Asset Sale vs Stock Sale

Asset Sale vs Stock Sale

Two people holding pens, signing a contract

If you’re the owner of a company considering a merger or acquisition, you will need to think about the pros and cons of an asset sale vs a stock sale. Generally, a stock sale is advantageous for the seller, whereas an asset sale is advantageous for the buyer. Read the pros and cons below to see whether an asset sale vs stock sale could be right for your company.

Asset Sale vs Stock Sale: What’s the Difference?

Legally, there are two ways to sell a business whose ownership is represented by stocks:

  1. Sell the stocks to the new owner, paying out each of the shareholders and canceling their stocks.
  2. Sell all of the company’s physical, digital, and intellectual assets to the new owner, distributing the dividends to the shareholders and rendering the stocks essentially worthless, from which point the company can be liquidated.

In both of these scenarios, the buyer (“Acquirer”) ends up owning the company and the stocks of the former company cease to exist. However, the tax and accounting implications for the buyer and the seller (“Target”) can affect whether an asset sale or stock sale is the preferable method for sealing the deal.

Asset Sale vs Stock Sale: Factors Affecting the Buyer and Seller

In most cases, a stock sale will benefit the seller more. There are several reasons for this:

  • The seller avoids having to pay capital gains tax on the increase in value on the business.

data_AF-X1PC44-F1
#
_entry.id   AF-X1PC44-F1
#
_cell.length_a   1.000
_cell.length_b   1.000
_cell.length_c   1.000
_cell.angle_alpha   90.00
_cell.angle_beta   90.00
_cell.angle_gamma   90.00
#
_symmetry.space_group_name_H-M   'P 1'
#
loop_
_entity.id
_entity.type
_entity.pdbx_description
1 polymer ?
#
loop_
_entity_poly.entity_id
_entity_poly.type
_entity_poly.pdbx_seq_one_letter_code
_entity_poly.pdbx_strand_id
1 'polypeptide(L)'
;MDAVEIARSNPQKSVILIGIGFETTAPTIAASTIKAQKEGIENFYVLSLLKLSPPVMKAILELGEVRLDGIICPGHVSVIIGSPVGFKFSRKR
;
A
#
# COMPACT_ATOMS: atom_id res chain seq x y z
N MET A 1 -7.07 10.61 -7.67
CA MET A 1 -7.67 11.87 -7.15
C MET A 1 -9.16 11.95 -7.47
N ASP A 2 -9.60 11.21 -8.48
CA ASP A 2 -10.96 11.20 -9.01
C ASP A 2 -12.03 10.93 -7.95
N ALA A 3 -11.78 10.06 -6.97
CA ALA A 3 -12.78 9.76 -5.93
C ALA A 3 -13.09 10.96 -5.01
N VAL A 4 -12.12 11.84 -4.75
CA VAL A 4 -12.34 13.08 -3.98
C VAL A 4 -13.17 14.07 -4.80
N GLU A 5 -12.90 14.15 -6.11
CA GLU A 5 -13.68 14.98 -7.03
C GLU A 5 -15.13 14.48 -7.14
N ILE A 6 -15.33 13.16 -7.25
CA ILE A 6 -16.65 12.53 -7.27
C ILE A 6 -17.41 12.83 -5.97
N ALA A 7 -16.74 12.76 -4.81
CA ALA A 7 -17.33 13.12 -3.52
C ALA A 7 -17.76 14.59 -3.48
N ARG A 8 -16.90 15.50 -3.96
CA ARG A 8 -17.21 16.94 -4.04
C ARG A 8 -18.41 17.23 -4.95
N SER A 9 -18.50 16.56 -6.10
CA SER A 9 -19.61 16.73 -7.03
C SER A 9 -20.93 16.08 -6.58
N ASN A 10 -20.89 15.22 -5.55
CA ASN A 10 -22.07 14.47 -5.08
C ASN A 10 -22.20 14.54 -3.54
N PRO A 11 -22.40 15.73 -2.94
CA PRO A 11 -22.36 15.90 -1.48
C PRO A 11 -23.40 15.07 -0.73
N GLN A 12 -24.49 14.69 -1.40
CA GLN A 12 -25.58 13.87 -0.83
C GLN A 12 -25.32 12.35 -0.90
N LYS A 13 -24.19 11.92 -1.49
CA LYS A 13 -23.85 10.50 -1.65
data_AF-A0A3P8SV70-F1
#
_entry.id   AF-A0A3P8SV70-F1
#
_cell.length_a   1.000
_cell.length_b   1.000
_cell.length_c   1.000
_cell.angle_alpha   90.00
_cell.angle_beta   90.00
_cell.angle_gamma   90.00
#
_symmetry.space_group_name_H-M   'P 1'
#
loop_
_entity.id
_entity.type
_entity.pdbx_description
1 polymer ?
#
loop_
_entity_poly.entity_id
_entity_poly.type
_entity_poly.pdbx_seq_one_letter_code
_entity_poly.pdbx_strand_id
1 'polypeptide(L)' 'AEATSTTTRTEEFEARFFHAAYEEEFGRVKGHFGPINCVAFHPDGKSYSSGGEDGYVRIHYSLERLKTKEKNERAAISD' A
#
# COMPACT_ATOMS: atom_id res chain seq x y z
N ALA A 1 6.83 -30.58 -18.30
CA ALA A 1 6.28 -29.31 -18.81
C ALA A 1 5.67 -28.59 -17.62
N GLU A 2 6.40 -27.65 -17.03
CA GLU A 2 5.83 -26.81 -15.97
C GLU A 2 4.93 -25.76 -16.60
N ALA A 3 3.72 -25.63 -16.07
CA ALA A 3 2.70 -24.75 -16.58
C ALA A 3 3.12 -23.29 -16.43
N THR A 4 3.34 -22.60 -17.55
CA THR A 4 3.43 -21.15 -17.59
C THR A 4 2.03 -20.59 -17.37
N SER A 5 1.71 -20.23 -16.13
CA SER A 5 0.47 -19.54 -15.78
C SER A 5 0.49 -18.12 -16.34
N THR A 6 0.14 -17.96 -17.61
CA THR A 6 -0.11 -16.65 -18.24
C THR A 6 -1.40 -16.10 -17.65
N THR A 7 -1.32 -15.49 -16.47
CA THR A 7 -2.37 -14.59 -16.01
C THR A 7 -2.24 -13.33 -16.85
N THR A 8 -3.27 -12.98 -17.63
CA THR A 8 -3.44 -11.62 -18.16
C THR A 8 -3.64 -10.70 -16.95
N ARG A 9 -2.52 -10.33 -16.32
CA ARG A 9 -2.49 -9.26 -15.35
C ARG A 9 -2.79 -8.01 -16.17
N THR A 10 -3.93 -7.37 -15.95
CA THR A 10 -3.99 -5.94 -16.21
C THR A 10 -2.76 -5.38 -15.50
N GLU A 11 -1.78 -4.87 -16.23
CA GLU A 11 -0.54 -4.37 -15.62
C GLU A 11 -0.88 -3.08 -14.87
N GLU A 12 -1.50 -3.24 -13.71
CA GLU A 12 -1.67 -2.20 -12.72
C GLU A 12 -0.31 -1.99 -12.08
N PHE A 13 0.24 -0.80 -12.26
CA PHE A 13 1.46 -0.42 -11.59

• The buyer takes responsibility for the company’s liabilities and assets.
  • The seller doesn’t have to worry about the documentation associated with asset valuation and asset transfers.

Conversely, the pros and cons of an asset sale vs stock sale tilt the opposite way for the buyer, who will generally prefer an asset sale. For the buyer, an asset sale offers the following advantages:

  • The buyer can choose which assets and liabilities they wish to purchase.
  • The buyer enjoys tax advantages — including a stepped-up tax basis and a 15-year amortization of the “goodwill” amount paid, for tax purposes.

Settling on a Mutual Agreement

While the party favored by the purchase agreement isn’t always this way around, the asset sale vs stock sale decision will invariably have more advantages for either the buyer or the seller, depending on the nature of the company and its distinct set of assets and liabilities.

To resolve this problem, the party whose purchase method is chosen will often give the disadvantaged party a compromise on the selling price. This would be a higher price if the seller is disadvantaged or a lower price if the buyer is disadvantaged.

Pros and Cons of A Stock Sale vs Asset Sale

Let’s take a look now at situations in which a stock sale vs asset sale could be preferable:

Your Company Has a Small Number of Shareholders

If your company has only a few shareholders and all of them are happy with the sale of the company, a stock sale could be the most straightforward approach for both the seller and the buyer. However, if your company has many shareholders, including some minority shareholders, a refusal of certain shareholders to sell could hold up the sale of the company.

The Liabilities of Your Company Are Well-Defined